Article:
Wednesday, March 4, 2015

Chad's President Hunting Abubakar Shekau

President Idriss Deby

Chadian President Idriss Deby on Wednesday vowed to “wipe out” Boko Haram and called on the group’s chief Abubakar Shekau to give himself up, warning that he knew where the militant leader was hiding.

“It is in Abubakar Shekau’s interest to surrender, we know where he is. If he refuses to give himself up, he will suffer the same fate as his comrades,” Deby said at a press conference with his visiting Niger counterpart.

Deby said Shekau had fled the strategic northeast Nigerian town of Dikwa after Boko Haram fighters were chased out of the town by Chadian troops in fierce clashes last month.

The Chadian army at the time said two of its soldiers and 117 Boko Haram Islamists were killed in the fighting around Dikwa in Nigeria’s Borno state on February 17.

Saturday, February 28, 2015

Ethics Training is Missing the Mark: Here's Why

S. L. Young

Ethics is a topic that's often discussed by parents, schools, organizations, and employers. These discussions usually teach individuals about the importance of being ethical: what does it mean; why is it important; what are the costs of unethical activities? This subject matter must be taught; however, the toughest parts of being ethical are almost never discussed. That is... what are the emotional, physiological, and moral challenges that individuals who don't want to be complicit to unethical behavior experience?

Before exploring the affects of wanting to be ethical, the reason that ethics is important must be reviewed.

Ethics are behavioral standards that individuals, organizations, and societies apply and generally adhere to as acceptable. Without ethical standards, there can be numerous variables used to determine if something is right or wrong, good or bad. Notwithstanding these random variables, there are always individual considerations based on experiential learning; however, an individual's ethical standards are normally defined and developed by family, religious beliefs, friends, and societal practices. These standards provide common operating practices that are used to define the limits of acceptable behavior.

Generally, individuals know whether something is right or wrong. Although, there are times that ethical decisions will require additional consideration, input, or sometimes assistance to make the appropriate choice. The challenge - many times - is whenever a decision is within an unclear range or the biggest test is making a decision about whether to get involved to resolve a known ethical issue. During these times, individuals can experience an internal battle while attempting to make an ethical decision.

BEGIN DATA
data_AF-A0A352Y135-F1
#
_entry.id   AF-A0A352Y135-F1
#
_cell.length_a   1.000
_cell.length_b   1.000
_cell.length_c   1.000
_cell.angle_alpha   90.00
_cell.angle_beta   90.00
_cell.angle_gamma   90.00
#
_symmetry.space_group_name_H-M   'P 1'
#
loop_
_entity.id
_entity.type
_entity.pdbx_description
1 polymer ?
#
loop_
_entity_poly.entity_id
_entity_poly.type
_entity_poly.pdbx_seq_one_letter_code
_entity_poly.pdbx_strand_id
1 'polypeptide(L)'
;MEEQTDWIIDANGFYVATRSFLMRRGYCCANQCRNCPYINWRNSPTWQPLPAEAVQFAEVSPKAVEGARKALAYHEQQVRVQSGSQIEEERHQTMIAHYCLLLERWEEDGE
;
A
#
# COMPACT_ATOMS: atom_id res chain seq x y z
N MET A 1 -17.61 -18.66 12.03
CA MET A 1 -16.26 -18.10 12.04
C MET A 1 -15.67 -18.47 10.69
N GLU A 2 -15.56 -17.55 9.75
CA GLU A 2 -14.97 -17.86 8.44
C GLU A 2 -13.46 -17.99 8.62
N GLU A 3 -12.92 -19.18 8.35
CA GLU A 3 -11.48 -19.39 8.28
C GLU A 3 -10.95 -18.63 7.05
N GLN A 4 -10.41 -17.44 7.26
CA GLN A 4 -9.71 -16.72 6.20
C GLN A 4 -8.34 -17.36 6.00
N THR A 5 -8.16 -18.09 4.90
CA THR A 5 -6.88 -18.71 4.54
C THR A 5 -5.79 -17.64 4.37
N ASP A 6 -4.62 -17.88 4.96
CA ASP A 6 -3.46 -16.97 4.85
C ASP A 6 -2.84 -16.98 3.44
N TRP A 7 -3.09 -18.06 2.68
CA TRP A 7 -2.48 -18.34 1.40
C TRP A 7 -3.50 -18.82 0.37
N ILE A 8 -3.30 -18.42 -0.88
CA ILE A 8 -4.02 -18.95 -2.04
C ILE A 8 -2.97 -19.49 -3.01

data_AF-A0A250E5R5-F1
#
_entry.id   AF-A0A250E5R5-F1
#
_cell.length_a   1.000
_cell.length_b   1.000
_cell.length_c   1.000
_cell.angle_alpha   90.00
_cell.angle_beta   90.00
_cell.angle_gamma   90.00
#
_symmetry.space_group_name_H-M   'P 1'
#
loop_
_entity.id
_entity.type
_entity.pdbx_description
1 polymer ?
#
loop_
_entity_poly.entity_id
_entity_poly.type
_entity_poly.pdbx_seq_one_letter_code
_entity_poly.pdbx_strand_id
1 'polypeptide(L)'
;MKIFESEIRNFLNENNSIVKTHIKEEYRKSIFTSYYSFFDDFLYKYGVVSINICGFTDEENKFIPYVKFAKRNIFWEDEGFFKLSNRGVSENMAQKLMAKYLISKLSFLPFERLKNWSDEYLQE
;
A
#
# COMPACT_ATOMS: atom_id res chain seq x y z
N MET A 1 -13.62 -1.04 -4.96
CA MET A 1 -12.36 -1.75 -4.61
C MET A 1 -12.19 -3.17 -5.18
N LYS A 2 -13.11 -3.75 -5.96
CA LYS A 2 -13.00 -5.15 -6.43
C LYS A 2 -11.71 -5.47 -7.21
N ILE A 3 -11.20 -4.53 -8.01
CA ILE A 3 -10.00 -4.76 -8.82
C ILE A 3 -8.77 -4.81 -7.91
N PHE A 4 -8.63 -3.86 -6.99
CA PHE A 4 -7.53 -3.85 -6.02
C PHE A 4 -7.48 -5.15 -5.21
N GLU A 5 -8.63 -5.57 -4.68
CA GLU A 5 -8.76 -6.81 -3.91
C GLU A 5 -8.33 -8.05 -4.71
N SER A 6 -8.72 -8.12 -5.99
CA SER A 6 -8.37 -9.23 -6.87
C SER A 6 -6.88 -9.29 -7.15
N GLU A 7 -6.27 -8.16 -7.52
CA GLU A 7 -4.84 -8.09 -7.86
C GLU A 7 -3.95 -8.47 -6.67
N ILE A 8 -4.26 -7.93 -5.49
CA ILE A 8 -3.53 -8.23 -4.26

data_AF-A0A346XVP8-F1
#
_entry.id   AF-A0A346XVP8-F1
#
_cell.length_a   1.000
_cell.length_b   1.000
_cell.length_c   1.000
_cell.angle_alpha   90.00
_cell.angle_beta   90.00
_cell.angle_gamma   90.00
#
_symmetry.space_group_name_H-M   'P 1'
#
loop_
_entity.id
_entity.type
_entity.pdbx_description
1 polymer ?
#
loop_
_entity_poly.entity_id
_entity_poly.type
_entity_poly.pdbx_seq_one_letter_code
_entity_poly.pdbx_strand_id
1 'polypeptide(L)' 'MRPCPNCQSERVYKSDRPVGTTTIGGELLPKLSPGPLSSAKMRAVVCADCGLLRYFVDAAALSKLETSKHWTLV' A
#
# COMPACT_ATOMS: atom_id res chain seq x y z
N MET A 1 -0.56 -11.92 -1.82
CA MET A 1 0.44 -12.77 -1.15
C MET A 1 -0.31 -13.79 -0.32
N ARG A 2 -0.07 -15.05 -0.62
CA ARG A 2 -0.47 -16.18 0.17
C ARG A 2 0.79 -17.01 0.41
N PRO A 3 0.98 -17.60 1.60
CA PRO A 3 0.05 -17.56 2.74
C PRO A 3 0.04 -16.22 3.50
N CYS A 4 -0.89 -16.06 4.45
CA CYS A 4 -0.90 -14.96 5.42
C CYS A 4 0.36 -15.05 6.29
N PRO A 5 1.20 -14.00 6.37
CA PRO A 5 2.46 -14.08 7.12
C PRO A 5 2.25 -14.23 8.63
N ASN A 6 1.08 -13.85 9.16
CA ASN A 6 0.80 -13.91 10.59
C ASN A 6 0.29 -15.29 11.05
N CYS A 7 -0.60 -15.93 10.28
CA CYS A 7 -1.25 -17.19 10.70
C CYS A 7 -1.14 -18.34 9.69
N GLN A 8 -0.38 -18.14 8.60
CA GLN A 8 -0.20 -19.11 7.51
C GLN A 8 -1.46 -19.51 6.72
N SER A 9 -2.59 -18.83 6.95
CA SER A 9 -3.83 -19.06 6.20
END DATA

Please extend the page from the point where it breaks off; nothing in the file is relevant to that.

The internal impacts of making tough ethical choices can impact individuals:
Emotionally - a feeling someone has related to a particular situation, event, or consideration;
Physiologically - a body's reaction to making a tough decision, which could be stress, anxiety, sweat, depression, etc.;
Morally - a challenge to an individual's belief system weighed against the things an individual believes to be true --- but may be altered while making a tough decision.

These internal impacts are seldom (if ever) discussed during ethics training. This omission is unfortunate because an ability to process these intangible elements are important factors while individuals determine whether to be ethical during certain moments.

In a time that winning at almost any cost is more pervasive, there must be an increased focus given to educating individuals about the significance of internal processing in ethical decision making --- beyond the mental processing. Otherwise, a larger number of individuals are more likely to bend the limits of standards, rules, policies, or laws to receive an unfair or personal advantage.

After the allegations of ball deflation by the New England Patriots prior to Super Bowl XLIX, my nephew and I discussed the potential ethical issues. During our conversation, my nephew made a couple of points to support his argument: 1) the deflation was found in the first half, but didn't impact the game's outcome and 2) everyone cheats at some point. What?!?!
The rationale used in his positioning is troubling for several reasons:
First, a determination of whether something is ethical should never be decided based on an outcome, but instead by an evaluation of a consideration, situation, or an event;
Second, a choice to be unethical cannot be validated based on attempting to justify the behavior by rationalizing the actions or activities of another;
Third, individuals must be accountable and responsible for their actions --- including complicit acceptance of wrongdoings by allowing known unethical behavior to continue unchallenged.

There is a cost to individuals, organizations, and societies if unethical activities aren't resolved in a timely manner. However, there are also costs to individuals' emotional, physiological, and moral health while making a choice whether to get involved with the prevention of unethical behavior.

Decisions individuals make cannot be necessarily managed by external factors; although, if ethical training helps individuals to understand and prepare for the internal factors that might be experienced while dealing with ethical dilemmas, then more individuals will be better prepared to handle the internal impacts that can be experienced while attempting to behave ethically.

Additional information on workplace ethical dilemmas can be obtained in Mr. Young's solution-oriented book "Ethical Opportunity Cost: It's a matter of choice".

This post originally appeared on S. L. Young's blog on his website

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Wednesday, February 18, 2015

African Values Are Not For Sale

Bishop Emmanuel Badejo of Oyo